Is the linear economy headed for the trash bin? Another vestige of a wasteful approach to commerce, that, though lucrative, has contributed to the climate crisis. Environmentalists and business leaders are taking a hard look at the “take, make, waste” linear approach, particularly as the circular economy increasingly appears to be a more sustainable, eco-friendly option that supports consumer values, brand innovations and ecommerce advances.
The Washington Post defines a circular economy as “take, make, use, reuse and reuse again and again,” eliminating the waste component altogether or as much as possible, by creating a closed loop of usage. According to an article in Fast Company, “if the steel, plastic, aluminum, cement, and food industries adopted this approach, the report [by the Ellen MacArthur Foundation — a charity devoted to building circular economies] calculated that it would reduce 9.3 billion metric tons of greenhouse gases in 2050, as much as eliminating all of the current emissions from transportation.” A circular economic approach goes beyond recycling and renewable energy, but tackles the issue of production, material waste and consumption.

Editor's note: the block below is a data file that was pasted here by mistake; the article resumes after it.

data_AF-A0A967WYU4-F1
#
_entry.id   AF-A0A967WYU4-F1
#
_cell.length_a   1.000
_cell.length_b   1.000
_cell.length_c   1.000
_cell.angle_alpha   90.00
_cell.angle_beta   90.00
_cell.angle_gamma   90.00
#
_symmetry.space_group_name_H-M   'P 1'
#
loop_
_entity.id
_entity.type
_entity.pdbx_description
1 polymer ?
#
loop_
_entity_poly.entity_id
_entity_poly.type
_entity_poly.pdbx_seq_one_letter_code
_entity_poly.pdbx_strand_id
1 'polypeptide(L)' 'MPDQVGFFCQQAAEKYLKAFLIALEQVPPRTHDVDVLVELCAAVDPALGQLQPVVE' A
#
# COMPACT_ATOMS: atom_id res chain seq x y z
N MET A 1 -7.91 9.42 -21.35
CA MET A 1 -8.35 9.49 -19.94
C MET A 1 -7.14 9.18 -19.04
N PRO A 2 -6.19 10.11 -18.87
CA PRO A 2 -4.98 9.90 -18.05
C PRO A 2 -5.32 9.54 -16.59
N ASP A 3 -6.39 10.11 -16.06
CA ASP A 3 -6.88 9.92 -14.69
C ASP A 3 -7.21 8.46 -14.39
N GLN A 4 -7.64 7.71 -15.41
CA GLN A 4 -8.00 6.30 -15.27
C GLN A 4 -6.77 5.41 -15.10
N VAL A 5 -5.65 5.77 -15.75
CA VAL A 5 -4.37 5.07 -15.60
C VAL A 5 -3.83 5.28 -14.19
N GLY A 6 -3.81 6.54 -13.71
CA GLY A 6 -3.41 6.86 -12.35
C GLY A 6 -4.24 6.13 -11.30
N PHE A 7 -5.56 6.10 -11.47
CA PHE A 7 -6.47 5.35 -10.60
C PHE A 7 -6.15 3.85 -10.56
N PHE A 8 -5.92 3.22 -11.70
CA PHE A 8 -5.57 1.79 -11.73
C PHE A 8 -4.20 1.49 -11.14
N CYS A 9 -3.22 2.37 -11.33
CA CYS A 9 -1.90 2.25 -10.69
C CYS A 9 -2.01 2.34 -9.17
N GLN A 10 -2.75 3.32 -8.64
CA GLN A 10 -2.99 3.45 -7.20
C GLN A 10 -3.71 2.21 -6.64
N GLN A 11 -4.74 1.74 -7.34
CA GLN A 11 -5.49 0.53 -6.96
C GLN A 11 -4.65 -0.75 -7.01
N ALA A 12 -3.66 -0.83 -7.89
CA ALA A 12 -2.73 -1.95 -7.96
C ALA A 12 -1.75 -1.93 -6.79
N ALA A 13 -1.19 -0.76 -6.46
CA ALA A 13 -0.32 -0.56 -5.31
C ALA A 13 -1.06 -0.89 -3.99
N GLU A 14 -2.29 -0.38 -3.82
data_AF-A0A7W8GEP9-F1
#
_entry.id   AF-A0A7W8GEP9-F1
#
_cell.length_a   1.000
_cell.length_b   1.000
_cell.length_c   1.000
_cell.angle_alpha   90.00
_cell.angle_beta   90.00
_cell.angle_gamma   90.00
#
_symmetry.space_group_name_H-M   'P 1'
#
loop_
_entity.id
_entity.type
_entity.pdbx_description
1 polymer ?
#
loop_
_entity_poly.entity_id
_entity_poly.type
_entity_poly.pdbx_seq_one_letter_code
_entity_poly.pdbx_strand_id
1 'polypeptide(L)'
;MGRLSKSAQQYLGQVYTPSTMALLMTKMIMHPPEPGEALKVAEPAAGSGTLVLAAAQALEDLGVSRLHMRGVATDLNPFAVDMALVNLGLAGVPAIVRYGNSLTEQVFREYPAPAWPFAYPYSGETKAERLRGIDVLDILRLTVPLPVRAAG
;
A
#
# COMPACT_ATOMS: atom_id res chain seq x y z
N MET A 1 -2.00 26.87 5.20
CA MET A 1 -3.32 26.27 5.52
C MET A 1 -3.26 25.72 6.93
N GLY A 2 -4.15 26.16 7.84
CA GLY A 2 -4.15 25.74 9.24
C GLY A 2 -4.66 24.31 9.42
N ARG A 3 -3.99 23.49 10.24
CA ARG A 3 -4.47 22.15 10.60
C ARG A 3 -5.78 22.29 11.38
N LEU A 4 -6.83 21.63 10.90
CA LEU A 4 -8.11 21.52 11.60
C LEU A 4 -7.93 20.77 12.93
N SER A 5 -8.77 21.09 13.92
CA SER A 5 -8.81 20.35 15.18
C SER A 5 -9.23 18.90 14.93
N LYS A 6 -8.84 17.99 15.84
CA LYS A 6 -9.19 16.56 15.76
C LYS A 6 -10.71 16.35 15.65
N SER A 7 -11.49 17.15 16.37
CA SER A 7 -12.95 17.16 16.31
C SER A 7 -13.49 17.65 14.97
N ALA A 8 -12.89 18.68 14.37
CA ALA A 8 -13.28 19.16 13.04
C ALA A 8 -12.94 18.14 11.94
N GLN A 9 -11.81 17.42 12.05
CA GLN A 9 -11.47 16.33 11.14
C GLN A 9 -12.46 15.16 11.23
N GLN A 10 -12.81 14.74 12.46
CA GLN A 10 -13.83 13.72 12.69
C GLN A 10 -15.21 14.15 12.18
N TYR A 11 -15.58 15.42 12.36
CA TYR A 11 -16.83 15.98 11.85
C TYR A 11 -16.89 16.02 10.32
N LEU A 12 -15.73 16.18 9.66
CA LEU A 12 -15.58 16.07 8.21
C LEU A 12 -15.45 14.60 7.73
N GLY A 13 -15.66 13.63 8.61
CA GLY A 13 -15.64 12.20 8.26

“We’ve been focused almost exclusively on renewable energy and efficiency, which are obviously essential, but it’s clear that we can’t meet the objectives unless we actually tackle production and consumption as part of the equation,” said Andrew Morlet, Chief Executive of the Ellen MacArthur Foundation.
The Circular Economy Is Being Embraced By City Initiatives And Entrepreneurs Around The World
Of course in order for the circular economy to work, there needs to be excitement and innovation around the idea. Cities, start-ups, product designers and brands are buying into the circular economy in different ways.
Product design is a major player in the circular economy. Recycling is flawed. China won’t take U.S. recycling anymore, cities are running out of room and Americans toss 22 million tons of waste that could have been recycled. New designs and initiatives that allow items to be reused, fixed and saved must be a part of the circular economy, and many brands are starting to take the initiative to create truly reusable packaging, including start-ups like Bite and larger companies like Nestle.